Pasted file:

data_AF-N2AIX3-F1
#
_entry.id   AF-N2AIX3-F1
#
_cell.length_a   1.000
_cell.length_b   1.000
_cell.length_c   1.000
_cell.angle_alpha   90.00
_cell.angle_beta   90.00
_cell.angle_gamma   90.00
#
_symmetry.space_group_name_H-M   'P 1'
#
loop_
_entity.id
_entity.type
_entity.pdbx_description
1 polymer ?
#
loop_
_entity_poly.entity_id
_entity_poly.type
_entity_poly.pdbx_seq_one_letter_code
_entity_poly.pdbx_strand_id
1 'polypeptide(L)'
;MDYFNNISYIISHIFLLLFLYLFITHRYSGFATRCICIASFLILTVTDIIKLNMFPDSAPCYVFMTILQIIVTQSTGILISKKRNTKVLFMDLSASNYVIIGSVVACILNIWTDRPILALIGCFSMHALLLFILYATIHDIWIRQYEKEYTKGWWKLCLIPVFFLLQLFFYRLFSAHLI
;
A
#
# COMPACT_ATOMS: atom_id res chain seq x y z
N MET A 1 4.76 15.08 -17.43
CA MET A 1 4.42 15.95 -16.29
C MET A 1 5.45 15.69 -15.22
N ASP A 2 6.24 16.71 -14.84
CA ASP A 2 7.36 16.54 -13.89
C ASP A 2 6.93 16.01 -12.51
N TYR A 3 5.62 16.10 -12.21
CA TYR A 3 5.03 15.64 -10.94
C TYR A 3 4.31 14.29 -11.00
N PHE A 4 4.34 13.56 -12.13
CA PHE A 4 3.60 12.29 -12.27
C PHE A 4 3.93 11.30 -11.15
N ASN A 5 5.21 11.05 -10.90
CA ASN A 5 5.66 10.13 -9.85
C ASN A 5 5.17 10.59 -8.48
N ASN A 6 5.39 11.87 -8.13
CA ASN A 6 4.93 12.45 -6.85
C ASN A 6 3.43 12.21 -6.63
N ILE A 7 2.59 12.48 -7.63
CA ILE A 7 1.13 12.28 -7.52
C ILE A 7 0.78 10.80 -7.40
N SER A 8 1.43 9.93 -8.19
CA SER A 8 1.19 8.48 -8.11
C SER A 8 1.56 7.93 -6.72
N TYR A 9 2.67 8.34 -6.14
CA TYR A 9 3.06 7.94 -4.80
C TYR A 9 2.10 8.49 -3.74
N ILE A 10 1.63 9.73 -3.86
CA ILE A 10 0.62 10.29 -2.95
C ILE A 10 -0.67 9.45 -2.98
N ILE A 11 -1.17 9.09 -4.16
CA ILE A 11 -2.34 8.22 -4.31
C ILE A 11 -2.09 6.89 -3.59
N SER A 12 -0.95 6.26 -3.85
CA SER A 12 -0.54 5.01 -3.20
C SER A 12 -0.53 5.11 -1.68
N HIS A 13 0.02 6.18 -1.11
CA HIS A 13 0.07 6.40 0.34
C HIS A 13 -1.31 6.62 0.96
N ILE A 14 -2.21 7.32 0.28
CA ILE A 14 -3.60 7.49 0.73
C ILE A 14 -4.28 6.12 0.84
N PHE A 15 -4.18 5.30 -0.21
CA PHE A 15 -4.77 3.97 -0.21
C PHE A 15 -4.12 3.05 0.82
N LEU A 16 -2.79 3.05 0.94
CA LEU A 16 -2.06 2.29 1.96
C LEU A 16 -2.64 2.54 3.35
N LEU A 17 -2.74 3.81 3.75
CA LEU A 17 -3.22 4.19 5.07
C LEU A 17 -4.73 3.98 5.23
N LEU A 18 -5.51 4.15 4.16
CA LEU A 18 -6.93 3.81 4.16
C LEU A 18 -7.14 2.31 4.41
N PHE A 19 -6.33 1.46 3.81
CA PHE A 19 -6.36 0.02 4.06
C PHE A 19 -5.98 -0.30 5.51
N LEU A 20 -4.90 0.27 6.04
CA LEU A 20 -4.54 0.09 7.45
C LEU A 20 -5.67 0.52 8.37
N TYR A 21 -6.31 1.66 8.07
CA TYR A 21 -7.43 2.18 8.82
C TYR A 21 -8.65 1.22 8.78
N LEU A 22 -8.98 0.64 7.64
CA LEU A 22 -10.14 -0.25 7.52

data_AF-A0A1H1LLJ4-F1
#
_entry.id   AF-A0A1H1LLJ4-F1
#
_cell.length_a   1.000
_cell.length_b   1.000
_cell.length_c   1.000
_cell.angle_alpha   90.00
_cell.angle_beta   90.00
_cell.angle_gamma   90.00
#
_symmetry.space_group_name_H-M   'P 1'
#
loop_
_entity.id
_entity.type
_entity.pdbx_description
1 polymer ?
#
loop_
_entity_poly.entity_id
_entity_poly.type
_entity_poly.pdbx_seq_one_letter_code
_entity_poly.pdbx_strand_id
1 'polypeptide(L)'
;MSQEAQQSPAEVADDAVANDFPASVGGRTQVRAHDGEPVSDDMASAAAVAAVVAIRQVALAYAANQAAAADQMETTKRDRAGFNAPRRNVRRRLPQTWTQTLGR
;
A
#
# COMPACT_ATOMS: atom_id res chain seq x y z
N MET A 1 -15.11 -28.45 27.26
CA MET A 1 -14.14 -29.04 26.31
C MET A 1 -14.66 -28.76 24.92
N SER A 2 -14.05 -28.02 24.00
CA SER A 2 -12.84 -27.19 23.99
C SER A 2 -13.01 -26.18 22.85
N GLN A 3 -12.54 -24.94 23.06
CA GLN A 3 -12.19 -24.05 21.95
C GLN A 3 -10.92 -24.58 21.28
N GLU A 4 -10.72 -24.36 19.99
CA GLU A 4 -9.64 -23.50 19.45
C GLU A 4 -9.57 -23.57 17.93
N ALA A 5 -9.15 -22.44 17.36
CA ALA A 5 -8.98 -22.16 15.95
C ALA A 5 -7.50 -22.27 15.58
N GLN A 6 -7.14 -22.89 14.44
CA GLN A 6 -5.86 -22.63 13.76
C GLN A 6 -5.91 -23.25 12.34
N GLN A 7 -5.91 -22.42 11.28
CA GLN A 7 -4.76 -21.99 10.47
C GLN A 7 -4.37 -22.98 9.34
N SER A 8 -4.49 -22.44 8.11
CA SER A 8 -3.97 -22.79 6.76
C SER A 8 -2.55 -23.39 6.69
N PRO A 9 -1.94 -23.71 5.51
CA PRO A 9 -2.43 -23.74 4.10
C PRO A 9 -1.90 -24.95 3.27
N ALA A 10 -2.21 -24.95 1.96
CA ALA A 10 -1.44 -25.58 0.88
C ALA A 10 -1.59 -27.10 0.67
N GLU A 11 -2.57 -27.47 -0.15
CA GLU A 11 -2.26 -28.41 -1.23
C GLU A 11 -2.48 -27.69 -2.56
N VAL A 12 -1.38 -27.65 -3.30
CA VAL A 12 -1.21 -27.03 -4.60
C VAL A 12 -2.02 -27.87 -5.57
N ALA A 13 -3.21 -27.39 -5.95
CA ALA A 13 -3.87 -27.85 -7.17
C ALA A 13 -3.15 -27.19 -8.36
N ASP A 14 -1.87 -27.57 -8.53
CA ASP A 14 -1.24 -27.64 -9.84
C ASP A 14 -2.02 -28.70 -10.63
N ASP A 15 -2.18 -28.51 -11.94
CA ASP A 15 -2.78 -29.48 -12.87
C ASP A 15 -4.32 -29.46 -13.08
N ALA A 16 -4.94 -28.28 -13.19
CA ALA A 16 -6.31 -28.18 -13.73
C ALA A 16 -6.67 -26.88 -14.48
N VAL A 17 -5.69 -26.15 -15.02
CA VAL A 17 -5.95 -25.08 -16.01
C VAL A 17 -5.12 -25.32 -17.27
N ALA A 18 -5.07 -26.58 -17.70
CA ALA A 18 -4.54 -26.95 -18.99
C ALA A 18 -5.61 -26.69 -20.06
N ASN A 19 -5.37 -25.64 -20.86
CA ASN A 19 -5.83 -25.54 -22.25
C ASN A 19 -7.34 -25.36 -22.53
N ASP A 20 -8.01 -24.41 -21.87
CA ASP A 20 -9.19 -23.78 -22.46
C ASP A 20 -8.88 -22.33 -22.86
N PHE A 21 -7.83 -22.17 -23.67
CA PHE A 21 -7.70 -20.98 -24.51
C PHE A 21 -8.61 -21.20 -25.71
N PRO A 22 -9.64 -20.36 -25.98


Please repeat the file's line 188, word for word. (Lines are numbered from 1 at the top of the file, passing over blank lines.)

C PHE A 21 -8.61 -21.20 -25.71